Tallahassee is a mid-size city that has experienced an incredible amount of growth and revitalization over the last several years. A part of that success has been the conscious investments we have made to our infrastructure that has helped spur new development opportunities and has helped change our thinking of how best to use our land resources. Investments in transportation infrastructure have helped create truly substantive transformations in our City that have driven a resurgence in formally forgotten, dilapidated, or forgotten parts of town.

Photo of Tallahassee street redesign

These investments have also been overwhelmingly supported by our citizens, who in addition to taking advantage of the benefits of the new development and transportation opportunities, recently passed a sales-tax extension referendum partially focused on further developing the infrastructural amenities of our community. The citizens of Tallahassee get how important these resources are for the future vitality of their city in the short and long-term...

Continue Reading America’s mid-size cities ››
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In 2005, Hurricane Katrina left tens of thousands of residents of New Orleans stranded in the city. In 2012, Hurricane Sandy shut down 40 percent of the nation’s public transportation trips in a single blow. And last year, and in years past, transit employees in cities like San Francisco have died on the job while working on train tracks.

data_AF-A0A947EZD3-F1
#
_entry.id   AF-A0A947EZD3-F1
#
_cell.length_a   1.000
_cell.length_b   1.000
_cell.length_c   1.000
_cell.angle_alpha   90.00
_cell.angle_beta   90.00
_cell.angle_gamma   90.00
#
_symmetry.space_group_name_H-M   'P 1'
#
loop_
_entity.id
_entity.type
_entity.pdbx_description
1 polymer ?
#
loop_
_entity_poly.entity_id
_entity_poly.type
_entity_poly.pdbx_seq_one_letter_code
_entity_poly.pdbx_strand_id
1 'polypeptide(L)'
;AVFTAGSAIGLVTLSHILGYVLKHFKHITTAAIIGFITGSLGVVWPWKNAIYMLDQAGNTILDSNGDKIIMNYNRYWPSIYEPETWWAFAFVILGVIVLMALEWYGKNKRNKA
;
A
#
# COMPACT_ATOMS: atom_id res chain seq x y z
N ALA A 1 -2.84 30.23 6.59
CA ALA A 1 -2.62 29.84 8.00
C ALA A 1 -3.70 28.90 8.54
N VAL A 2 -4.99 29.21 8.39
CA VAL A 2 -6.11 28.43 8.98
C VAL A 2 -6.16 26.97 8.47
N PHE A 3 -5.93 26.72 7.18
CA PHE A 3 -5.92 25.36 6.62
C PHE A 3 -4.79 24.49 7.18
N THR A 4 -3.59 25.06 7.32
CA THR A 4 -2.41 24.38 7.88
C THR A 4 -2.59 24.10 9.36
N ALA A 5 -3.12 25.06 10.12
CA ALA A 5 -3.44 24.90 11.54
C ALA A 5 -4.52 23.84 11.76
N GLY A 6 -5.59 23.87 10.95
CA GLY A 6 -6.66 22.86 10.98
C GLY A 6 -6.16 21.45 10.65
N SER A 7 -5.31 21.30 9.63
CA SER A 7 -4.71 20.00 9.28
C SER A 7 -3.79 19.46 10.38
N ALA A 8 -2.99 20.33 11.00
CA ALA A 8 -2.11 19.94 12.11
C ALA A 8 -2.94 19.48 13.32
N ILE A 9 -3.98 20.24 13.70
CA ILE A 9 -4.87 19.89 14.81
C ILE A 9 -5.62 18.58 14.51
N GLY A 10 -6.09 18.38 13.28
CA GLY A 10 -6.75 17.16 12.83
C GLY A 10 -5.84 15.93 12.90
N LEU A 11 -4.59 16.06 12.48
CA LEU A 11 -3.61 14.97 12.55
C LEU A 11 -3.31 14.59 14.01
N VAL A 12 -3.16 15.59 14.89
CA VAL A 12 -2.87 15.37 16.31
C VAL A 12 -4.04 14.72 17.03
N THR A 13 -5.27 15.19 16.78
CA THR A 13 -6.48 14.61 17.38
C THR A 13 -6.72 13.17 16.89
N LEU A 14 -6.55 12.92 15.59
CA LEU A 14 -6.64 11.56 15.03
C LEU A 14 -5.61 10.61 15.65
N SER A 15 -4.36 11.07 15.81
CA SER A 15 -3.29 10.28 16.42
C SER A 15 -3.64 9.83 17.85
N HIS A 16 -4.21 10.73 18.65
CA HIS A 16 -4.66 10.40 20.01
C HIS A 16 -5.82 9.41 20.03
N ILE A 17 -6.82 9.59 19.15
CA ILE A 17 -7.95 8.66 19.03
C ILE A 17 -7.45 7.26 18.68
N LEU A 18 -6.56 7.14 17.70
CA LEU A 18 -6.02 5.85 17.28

What these tragedies have in common is this lingering question: What more could have been done to help prevent or lessen their impact on people and their communities? To answer the public transit part of that question, the Federal Transit Administration is providing 13 organizations in 9 states a share of $29 million in grant funding to help us better prepare for natural disasters and prevent future accidents.

FTA’s Innovative Safety, Resiliency, and All-Hazards Emergency Response and Recovery Demonstration initiative is funding a wide range of innovative projects that will develop and showcase promising technologies, methods, practices, and techniques to improve the operational safety, infrastructure resilience, and all-hazards emergency response and recovery capacities of transit agencies...

Photo of transit bus in New Orleans